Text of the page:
100% of Woodbury Psychology Seniors Submitting Own Research Projects Receive Invite to Present at Western Psychological Association Convention; University Makes Fifth Consecutive Appearance
LOS ANGELES (March 15, 2017) – What’s the impact of music content on aggression and sexual objectification? What are the links connecting bullying, narcissism, shame and irrational aggression in young adults? To what extent does political orientation involve the selective recall of political information?
Graduating psychology seniors at Woodbury University set out to answer these and other probing questions through their capstone thesis research projects — and all were accepted to present their senior thesis research projects at the peer-reviewed Western Psychological Association annual convention in Sacramento next month. This will mark the fifth consecutive appearance by a Woodbury contingent.
This year’s results bring the program’s lifetime acceptance rate to 94 percent. Acceptance is based on a blind peer-reviewed process where students are judged against graduate students, professors, and professional researchers. Among the participating students: Ali Alghamdi, Najla Alhasan, Knarik Arutyunyan, Lia Babakhanyan, Monica Babian, Izabella Bagdasarian, Lauren Carrington, Brittany Cobb, Mary Manoukian, Michael Mikaelyan, Moayad al Marrar, Nare Nazaryan, Emily Shatz and Celine Skaf.
Among the projects: Lauren Carrington’s study on “Adult Attitudes Regarding Romantic Relationships and Child-Rearing after Early Parental Loss;” Nare Nazaryan’s study, “It’s Not Just for Kids: Association between Bullying, Narcissism, Shame and Irrational Aggression in Young Adults,” and Moayad Al Marrar’s study, “Seeing What You Want to See: Political Orientation and the Selective Recall of Political Information.”
“As a group and as individuals, our senior psychology students have accomplished something quite extraordinary,” said Prof. Joye Swan, Ph.D., Chair of the Psychology Department. “From the development of topics to the conducting of research to the presentation of results, each student has performed with distinction. It’s both inspiring and rewarding to witness their growth in the field.”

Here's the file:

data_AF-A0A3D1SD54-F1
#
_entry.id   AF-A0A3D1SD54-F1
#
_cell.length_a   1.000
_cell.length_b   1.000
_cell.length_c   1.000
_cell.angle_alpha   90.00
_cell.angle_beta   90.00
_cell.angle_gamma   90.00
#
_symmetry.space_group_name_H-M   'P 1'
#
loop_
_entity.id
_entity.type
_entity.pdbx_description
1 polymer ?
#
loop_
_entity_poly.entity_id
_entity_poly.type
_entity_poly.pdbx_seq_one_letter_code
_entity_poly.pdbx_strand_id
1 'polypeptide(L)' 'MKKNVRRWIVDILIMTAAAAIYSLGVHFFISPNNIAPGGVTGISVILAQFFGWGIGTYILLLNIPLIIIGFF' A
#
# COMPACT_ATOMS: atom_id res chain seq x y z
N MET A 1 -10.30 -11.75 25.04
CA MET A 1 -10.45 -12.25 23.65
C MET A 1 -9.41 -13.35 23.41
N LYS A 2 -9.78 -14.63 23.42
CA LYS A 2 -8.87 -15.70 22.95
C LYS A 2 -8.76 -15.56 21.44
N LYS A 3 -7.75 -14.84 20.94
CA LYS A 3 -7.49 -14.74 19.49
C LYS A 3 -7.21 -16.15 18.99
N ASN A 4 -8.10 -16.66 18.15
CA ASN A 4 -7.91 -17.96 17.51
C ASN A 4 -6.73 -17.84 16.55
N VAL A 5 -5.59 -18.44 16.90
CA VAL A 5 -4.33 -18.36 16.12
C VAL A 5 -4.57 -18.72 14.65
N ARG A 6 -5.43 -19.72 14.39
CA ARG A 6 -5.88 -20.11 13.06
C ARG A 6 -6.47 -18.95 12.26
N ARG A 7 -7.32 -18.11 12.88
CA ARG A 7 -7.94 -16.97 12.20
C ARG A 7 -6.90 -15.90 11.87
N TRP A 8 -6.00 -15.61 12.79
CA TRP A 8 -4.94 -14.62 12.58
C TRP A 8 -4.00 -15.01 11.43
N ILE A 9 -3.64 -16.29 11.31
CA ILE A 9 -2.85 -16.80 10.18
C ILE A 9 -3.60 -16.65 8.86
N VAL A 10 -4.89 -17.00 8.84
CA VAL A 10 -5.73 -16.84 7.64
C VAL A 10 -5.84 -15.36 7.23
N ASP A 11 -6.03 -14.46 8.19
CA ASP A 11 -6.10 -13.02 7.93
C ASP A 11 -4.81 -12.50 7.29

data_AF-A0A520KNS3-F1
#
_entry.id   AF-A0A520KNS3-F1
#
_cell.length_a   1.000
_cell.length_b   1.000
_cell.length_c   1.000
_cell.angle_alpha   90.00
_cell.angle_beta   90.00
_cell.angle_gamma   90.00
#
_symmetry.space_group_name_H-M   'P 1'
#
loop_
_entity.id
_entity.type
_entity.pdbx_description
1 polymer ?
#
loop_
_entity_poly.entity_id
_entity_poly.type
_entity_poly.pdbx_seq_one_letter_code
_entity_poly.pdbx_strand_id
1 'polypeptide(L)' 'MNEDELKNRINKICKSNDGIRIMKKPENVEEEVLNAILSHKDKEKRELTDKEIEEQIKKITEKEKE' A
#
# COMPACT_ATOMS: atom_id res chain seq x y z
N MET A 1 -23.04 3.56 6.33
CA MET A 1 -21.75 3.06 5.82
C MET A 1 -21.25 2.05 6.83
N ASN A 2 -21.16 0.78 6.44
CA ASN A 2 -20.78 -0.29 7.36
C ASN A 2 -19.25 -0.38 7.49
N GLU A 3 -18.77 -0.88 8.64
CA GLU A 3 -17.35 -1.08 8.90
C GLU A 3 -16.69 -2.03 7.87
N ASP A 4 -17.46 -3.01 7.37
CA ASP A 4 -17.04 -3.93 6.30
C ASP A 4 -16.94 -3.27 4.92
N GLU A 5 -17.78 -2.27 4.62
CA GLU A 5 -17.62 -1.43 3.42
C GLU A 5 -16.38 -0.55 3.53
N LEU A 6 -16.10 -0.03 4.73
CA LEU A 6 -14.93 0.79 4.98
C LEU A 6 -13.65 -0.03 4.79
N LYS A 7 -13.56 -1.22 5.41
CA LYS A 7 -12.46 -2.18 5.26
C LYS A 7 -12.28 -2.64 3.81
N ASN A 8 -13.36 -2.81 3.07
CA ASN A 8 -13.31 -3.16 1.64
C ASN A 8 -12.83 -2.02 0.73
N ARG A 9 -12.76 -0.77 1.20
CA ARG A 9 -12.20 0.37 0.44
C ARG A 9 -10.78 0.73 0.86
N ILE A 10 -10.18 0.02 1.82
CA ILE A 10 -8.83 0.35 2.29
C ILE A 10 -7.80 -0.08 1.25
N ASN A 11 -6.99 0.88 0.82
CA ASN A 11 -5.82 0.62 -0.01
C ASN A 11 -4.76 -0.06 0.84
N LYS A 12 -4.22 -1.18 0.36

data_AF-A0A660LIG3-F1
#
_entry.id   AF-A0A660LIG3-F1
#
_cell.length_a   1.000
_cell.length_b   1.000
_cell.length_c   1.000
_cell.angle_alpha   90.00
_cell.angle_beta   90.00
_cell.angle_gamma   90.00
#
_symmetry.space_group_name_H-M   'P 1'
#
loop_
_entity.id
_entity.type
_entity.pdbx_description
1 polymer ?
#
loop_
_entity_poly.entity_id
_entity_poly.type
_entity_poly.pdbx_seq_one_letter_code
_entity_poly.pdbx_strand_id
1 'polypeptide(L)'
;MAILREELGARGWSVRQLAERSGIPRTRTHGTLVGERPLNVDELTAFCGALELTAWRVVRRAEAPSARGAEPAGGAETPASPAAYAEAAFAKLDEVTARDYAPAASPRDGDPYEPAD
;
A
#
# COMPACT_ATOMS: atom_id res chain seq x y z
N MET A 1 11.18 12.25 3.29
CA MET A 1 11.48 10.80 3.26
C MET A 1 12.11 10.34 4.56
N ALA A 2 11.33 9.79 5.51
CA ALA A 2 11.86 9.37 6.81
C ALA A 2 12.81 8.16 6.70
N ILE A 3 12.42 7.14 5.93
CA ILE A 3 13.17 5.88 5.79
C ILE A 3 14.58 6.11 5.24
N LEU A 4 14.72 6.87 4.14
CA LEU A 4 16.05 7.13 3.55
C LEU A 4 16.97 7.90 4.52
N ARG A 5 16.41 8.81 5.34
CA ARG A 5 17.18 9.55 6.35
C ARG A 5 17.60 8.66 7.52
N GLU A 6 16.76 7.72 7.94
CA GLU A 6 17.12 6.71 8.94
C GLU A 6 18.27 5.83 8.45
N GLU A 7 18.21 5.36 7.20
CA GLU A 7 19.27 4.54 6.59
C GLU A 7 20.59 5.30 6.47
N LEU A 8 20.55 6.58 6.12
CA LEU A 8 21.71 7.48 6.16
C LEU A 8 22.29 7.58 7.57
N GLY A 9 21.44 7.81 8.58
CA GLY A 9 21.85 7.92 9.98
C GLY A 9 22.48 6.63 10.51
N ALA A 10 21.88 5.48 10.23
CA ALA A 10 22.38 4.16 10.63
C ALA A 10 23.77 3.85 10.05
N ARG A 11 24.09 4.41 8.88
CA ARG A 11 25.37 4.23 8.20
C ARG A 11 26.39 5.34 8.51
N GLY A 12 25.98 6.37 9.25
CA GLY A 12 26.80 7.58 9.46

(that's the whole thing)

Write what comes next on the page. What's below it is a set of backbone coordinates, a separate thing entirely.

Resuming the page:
A part of the School of Media, Culture & Design, the Woodbury psychology program is among the most demanding in the field. Participating students are required to take multiple statistics and research courses culminating in an individual empirical thesis project. “The result is students who are way ahead of the curve upon graduation, evidenced by our laudable 90 percent acceptance rate to graduate school,” Prof. Swan said.
Psychology students at Woodbury complete a rigorous curriculum to prepare for graduate school or the workforce. The program includes theoretical breadth, applied experience, and in-depth participation in conceptualizing and implementing an independent, capstone research project. Psychology students hone their empirical skills through two levels of research methods courses and two levels of statistics courses. Each year, seniors submit their project abstracts to a national or regional psychology convention, and finalize their research in the capstone senior thesis course.